The Use of Shoulder Hemiarthroplasty and Humeral Head Resurfacing: A Review of Current Concepts
James C Widnall1, Sujay K Dheerendra*, 1, Robert J MacFarlane2, Mohammad Waseem2
Identifiers and Pagination:Year: 2013
Issue: Suppl 3
First Page: 334
Last Page: 337
Publisher ID: TOORTHJ-7-334
Article History:Received Date: 2/9/2012
Revision Received Date: 17/11/2012
Acceptance Date: 24/11/2012
Electronic publication date: 6/9/2013
Collection year: 2013
open-access license: This is an open access article distributed under the terms of the Creative Commons Attribution License (http://creativecommons.org/licenses/by/2.5/) which permits unrestrictive use, distribution, and reproduction in any medium, provided the original work is properly cited.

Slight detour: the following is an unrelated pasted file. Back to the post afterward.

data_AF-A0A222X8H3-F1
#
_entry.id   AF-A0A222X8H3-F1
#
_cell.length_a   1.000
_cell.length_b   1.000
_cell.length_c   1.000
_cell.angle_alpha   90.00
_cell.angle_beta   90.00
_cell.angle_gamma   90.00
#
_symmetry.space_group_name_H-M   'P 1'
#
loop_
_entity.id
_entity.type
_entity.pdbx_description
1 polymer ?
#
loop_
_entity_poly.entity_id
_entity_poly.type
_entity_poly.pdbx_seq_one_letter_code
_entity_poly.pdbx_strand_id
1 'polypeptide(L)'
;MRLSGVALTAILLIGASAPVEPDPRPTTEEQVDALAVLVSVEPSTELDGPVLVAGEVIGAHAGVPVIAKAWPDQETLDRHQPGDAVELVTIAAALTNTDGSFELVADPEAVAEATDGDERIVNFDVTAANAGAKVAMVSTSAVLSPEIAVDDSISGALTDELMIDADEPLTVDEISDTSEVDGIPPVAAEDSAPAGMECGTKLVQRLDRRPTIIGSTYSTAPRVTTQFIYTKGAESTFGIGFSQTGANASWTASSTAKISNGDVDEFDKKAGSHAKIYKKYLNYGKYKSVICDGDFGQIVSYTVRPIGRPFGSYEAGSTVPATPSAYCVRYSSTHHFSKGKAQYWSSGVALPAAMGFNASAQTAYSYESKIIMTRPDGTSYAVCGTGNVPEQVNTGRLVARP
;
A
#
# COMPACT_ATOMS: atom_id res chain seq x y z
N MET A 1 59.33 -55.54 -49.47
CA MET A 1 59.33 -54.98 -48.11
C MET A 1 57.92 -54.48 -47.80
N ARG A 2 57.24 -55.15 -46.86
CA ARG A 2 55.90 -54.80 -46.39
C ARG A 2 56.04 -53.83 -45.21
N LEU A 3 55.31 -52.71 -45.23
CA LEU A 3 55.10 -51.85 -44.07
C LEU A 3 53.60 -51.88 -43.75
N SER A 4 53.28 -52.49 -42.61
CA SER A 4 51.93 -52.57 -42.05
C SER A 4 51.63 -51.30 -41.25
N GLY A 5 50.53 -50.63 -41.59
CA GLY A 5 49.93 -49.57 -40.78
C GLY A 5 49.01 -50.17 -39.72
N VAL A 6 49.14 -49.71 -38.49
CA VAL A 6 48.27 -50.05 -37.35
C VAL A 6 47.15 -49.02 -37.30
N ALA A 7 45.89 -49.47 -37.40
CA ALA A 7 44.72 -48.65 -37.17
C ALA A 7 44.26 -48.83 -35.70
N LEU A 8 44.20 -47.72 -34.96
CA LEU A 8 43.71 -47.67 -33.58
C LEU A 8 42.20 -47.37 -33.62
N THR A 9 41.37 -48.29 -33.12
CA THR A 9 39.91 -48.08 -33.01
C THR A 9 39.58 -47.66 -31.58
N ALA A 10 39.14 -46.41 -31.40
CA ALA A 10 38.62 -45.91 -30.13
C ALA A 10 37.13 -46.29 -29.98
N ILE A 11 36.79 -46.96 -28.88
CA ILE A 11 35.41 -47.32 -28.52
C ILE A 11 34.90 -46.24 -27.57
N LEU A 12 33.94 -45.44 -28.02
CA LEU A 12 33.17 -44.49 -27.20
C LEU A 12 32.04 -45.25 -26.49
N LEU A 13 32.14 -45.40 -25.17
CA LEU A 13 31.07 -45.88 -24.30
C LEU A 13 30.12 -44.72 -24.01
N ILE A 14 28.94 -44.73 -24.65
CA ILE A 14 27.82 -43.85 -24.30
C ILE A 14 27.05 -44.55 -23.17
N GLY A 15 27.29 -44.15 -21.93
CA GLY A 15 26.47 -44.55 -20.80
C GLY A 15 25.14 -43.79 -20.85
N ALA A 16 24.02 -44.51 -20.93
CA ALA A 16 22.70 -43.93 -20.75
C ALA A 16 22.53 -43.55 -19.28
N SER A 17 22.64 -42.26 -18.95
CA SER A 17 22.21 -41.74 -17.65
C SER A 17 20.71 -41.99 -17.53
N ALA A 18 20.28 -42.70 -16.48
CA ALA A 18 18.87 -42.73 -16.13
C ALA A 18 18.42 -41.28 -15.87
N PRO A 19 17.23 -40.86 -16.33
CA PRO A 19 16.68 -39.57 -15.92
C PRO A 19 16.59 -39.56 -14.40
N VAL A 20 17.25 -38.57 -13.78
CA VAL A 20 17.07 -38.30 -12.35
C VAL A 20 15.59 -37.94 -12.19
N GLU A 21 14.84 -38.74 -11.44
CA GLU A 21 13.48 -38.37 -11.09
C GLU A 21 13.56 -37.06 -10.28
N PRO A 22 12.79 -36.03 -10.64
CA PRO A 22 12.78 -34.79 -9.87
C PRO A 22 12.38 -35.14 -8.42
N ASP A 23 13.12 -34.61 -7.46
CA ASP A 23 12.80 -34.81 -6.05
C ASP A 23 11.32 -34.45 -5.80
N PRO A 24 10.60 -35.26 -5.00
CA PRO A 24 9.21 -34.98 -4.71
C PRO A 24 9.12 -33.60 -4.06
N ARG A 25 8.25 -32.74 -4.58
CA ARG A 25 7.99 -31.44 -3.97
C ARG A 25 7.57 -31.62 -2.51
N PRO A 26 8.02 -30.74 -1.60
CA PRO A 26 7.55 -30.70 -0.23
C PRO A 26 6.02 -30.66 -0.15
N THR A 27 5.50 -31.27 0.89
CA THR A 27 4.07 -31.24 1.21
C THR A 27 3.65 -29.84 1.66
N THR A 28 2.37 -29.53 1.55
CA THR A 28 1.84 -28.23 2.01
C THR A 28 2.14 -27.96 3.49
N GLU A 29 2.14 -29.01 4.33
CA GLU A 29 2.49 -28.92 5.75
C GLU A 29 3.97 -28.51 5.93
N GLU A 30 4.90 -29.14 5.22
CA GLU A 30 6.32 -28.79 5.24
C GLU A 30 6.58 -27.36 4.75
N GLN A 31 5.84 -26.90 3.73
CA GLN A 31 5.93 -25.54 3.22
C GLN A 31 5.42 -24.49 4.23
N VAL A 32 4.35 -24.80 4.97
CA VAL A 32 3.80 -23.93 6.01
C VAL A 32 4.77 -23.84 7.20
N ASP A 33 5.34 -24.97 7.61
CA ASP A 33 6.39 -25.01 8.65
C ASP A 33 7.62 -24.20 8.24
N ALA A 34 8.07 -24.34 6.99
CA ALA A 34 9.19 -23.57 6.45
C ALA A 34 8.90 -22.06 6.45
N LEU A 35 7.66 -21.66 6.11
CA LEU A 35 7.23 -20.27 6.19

Since Neer’s early work in the 1950s shoulder arthroplasty has evolved as a treatment option for various glenohumeral joint disorders. Both hemiarthroplasty and total shoulder prostheses have associated problems. This has led to further work with regards to potential resurfacing, with the aim of accurately restoring native proximal humeral anatomy while preserving bone stock for later procedures if required. Hemiarthroplasty remains a valuable treatment option in the low demand patient or in the trauma setting. Additional work is required to further define the role of humeral resurfacing, with the potential for it to become the gold standard for younger patients with isolated humeral head arthritis.